THE HEART OF THE MATTER
a special program of the National Emergency Medicine Association (NEMA) 

Week 622.1 & 622.2

Guest Edith Hogan, reg. dietician, spokesperson, American Dietetic Assn.

Topic Food labeling - daily percentages

Host/Producer Steve Girard

NEMA A confusing part of food nutrition labels it the category Percent of daily values. Nutritionist Edith Hogan...

HOGAN And another thing that I think is important is when it says Percent of daily values. ThatÕs kind of confusing. People look and see how much fat is in it, and then they see this percentage, and that basically is the recommended daily amount. it's a percent of the daily amount that you need of each of the nutrients. And it's based again on that 2 thousand calorie diet. And so, if you eat more than the 2 thousand calories, you have to increase that percentage of daily value, and if you eat less, you decrease it.

The other thing, for example, is if you choose a food with a daily value of 10% from fat, this means that you still have 90% of of the daily value of fat to enjoy in other food choices. And I think that's something people have to remember....the total amount of fat they can have. And not look just at one figure.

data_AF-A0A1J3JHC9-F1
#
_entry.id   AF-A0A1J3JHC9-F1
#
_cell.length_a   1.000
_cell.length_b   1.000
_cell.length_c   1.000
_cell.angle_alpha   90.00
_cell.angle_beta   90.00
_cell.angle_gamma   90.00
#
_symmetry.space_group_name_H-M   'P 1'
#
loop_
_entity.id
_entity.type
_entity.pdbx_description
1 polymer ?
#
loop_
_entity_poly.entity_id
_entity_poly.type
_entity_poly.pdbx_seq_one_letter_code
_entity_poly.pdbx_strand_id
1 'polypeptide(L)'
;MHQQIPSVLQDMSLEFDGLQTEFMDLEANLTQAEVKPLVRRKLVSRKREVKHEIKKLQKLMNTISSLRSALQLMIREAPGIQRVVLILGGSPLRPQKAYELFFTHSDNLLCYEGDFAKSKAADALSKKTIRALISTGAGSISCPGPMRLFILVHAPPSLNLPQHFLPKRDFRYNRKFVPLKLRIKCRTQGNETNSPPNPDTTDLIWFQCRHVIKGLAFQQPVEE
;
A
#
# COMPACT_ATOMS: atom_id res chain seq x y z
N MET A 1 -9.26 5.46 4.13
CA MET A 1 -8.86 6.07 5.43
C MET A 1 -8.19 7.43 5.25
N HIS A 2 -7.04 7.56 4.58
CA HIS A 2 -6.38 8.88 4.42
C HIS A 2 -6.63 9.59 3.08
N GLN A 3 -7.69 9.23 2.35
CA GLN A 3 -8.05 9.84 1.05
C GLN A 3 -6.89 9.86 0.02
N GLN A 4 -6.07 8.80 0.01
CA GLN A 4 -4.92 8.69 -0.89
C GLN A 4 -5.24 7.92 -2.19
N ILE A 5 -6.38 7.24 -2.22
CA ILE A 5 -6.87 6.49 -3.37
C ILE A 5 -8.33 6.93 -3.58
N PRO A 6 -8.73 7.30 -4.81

NEMA One change in the food labels is a more realistic Servings per container listing. Read the label, but don't obsess. I'm Steve Girard at The Heart of the Matter.

Week 622.2

Guest Edith Hogan, reg. dietician, spokesperson, American Dietetic Assn.

Topic Food labeling - Fat items

Host/Producer Steve Girard

NEMA Nutritionist Edith Hogan of the American Dietetic Association says when we look at food nutrition labels, realize fat is an important nutrient...

HOGAN And what you need in terms of your total fat is the same thing that you need in your total diet. And that's balance and moderation and variety. And you need a variety of fats to get all of the nutrients from those different kind of fats. Saturated fat comes primarily from animal sources. The others are monosaturated and polyunsaturated. Polyunsaturated fats sometimes are listed on the label...they are liquid at room temperature, they come from plant sources. Mono, for example would be olive oil. But what it means is your total calories from fat should be about 30%, so if you break that 30% down evenly, you have 10 % of your calories from each group. And so if you find on a label that your saturated is 10% of the total fat...that's good. And if it's a little more, that's okay, because all foods can fit. it's just a matter of balancing, at another meal, something that's lesser in fat.

NEMA A nutrition label listing of 10% of daily value means you still have 90% of that nutrient left for the day. I'm Steve Girard at The Heart of the Matter.